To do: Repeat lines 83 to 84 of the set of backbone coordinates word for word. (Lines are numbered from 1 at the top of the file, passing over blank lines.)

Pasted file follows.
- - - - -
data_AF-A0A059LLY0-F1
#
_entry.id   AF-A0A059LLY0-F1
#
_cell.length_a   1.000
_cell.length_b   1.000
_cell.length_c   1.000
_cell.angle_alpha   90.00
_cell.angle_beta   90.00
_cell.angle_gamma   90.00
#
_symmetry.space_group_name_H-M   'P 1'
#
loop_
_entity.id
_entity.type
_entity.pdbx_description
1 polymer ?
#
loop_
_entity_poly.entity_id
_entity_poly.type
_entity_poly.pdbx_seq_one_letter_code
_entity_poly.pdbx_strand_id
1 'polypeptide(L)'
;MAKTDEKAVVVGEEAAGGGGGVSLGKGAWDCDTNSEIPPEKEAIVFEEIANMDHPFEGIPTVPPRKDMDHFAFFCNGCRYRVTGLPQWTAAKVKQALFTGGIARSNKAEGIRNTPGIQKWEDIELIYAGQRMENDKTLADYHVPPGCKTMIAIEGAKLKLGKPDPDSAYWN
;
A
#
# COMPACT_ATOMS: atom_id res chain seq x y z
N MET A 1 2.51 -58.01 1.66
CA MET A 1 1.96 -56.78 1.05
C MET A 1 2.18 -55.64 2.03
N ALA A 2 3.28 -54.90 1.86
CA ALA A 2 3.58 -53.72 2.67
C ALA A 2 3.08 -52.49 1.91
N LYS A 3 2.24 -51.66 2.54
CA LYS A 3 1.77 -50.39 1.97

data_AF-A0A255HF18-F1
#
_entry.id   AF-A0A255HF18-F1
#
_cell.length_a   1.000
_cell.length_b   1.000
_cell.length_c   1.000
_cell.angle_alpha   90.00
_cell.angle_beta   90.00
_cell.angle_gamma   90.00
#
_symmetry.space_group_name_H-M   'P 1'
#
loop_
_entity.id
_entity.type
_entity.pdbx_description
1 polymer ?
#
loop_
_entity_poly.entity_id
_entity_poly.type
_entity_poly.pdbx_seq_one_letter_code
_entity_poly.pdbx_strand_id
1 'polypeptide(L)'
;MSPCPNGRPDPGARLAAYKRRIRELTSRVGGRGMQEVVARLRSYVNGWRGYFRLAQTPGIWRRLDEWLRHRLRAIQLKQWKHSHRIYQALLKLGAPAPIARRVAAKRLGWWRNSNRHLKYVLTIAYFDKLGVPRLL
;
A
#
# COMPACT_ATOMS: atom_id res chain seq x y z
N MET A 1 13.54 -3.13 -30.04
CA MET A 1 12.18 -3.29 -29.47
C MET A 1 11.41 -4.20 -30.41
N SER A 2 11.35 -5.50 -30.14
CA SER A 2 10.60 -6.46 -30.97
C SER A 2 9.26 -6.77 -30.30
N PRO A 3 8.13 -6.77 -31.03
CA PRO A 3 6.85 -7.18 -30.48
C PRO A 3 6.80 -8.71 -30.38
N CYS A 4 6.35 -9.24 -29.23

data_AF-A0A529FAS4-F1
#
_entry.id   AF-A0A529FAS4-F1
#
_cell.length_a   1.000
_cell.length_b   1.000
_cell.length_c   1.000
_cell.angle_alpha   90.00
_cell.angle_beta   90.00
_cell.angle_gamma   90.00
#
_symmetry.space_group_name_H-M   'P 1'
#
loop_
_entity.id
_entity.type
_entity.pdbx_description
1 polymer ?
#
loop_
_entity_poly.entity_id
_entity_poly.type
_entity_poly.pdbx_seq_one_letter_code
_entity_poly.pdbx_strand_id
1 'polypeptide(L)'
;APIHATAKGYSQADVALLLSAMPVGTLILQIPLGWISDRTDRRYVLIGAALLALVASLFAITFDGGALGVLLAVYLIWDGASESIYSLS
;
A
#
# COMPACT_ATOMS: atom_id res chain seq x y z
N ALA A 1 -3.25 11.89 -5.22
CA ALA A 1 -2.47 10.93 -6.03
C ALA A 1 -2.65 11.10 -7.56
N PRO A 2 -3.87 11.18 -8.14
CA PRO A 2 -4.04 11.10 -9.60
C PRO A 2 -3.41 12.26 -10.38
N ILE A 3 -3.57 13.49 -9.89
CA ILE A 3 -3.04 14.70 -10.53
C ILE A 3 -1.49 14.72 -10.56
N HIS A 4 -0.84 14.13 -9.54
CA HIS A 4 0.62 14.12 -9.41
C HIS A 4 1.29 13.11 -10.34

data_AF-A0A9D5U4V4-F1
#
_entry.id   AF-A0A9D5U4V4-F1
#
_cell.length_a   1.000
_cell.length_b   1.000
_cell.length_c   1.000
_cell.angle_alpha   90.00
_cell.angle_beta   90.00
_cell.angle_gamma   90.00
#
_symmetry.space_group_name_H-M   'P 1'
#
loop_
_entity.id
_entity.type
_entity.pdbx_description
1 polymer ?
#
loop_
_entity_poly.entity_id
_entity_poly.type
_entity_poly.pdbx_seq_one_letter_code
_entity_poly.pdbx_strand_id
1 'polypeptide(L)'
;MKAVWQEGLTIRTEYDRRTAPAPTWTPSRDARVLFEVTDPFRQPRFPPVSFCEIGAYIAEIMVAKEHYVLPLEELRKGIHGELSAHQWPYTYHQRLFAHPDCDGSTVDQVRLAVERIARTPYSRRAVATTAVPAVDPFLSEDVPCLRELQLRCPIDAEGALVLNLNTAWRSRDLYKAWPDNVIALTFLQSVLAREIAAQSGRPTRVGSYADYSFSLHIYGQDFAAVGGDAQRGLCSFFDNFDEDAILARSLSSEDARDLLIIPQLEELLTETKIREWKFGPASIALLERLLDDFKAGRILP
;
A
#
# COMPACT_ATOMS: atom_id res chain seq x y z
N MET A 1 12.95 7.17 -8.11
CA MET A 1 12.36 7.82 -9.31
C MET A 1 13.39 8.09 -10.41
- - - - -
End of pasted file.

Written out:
_cell.length_a   1.000
_cell.length_b   1.000